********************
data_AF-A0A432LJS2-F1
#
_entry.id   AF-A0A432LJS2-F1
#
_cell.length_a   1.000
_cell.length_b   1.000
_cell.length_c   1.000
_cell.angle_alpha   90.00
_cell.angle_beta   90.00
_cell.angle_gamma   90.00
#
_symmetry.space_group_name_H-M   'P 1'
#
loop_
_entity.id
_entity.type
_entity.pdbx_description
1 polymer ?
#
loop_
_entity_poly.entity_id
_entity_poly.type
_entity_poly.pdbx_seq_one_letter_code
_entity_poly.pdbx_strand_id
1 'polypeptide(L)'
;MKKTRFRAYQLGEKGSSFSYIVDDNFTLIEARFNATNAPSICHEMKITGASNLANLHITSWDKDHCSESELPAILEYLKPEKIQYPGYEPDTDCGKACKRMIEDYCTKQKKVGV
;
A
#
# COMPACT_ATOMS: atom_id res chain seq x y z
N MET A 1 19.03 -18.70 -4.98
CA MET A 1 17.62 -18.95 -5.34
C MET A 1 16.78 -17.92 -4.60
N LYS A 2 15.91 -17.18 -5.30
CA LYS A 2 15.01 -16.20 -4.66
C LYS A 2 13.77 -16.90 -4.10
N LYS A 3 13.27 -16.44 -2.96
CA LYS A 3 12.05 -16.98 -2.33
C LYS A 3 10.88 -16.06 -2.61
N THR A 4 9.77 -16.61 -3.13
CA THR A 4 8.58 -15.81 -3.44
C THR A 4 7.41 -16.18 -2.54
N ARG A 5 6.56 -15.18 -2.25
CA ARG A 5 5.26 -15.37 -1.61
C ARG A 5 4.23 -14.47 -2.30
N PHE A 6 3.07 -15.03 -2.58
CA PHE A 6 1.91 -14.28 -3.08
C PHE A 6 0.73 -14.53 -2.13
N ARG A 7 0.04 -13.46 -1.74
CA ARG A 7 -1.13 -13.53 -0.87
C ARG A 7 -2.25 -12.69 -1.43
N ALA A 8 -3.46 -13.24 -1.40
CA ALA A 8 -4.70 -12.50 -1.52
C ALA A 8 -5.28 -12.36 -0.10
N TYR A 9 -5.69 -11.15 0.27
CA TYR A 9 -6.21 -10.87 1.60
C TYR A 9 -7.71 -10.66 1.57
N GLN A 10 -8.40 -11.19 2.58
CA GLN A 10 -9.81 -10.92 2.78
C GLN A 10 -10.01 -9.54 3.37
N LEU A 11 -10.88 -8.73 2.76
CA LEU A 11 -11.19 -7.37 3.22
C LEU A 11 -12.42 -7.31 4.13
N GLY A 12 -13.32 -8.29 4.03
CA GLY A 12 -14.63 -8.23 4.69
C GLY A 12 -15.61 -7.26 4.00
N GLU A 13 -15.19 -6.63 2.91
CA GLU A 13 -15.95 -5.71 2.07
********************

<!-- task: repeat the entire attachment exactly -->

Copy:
data_AF-A0A432LJS2-F1
#
_entry.id   AF-A0A432LJS2-F1
#
_cell.length_a   1.000
_cell.length_b   1.000
_cell.length_c   1.000
_cell.angle_alpha   90.00
_cell.angle_beta   90.00
_cell.angle_gamma   90.00
#
_symmetry.space_group_name_H-M   'P 1'
#
loop_
_entity.id
_entity.type
_entity.pdbx_description
1 polymer ?
#
loop_
_entity_poly.entity_id
_entity_poly.type
_entity_poly.pdbx_seq_one_letter_code
_entity_poly.pdbx_strand_id
1 'polypeptide(L)'
;MKKTRFRAYQLGEKGSSFSYIVDDNFTLIEARFNATNAPSICHEMKITGASNLANLHITSWDKDHCSESELPAILEYLKPEKIQYPGYEPDTDCGKACKRMIEDYCTKQKKVGV
;
A
#
# COMPACT_ATOMS: atom_id res chain seq x y z
N MET A 1 19.03 -18.70 -4.98
CA MET A 1 17.62 -18.95 -5.34
C MET A 1 16.78 -17.92 -4.60
N LYS A 2 15.91 -17.18 -5.30
CA LYS A 2 15.01 -16.20 -4.66
C LYS A 2 13.77 -16.90 -4.10
N LYS A 3 13.27 -16.44 -2.96
CA LYS A 3 12.05 -16.98 -2.33
C LYS A 3 10.88 -16.06 -2.61
N THR A 4 9.77 -16.61 -3.13
CA THR A 4 8.58 -15.81 -3.44
C THR A 4 7.41 -16.18 -2.54
N ARG A 5 6.56 -15.18 -2.25
CA ARG A 5 5.26 -15.37 -1.61
C ARG A 5 4.23 -14.47 -2.30
N PHE A 6 3.07 -15.03 -2.58
CA PHE A 6 1.91 -14.28 -3.08
C PHE A 6 0.73 -14.53 -2.13
N ARG A 7 0.04 -13.46 -1.74
CA ARG A 7 -1.13 -13.53 -0.87
C ARG A 7 -2.25 -12.69 -1.43
N ALA A 8 -3.46 -13.24 -1.40
CA ALA A 8 -4.70 -12.50 -1.52
C ALA A 8 -5.28 -12.36 -0.10
N TYR A 9 -5.69 -11.15 0.27
CA TYR A 9 -6.21 -10.87 1.60
C TYR A 9 -7.71 -10.66 1.57
N GLN A 10 -8.40 -11.19 2.58
CA GLN A 10 -9.81 -10.92 2.78
C GLN A 10 -10.01 -9.54 3.37
N LEU A 11 -10.88 -8.73 2.76
CA LEU A 11 -11.19 -7.37 3.22
C LEU A 11 -12.42 -7.31 4.13
N GLY A 12 -13.32 -8.29 4.03
CA GLY A 12 -14.63 -8.23 4.69
C GLY A 12 -15.61 -7.26 4.00
N GLU A 13 -15.19 -6.63 2.91
CA GLU A 13 -15.95 -5.71 2.07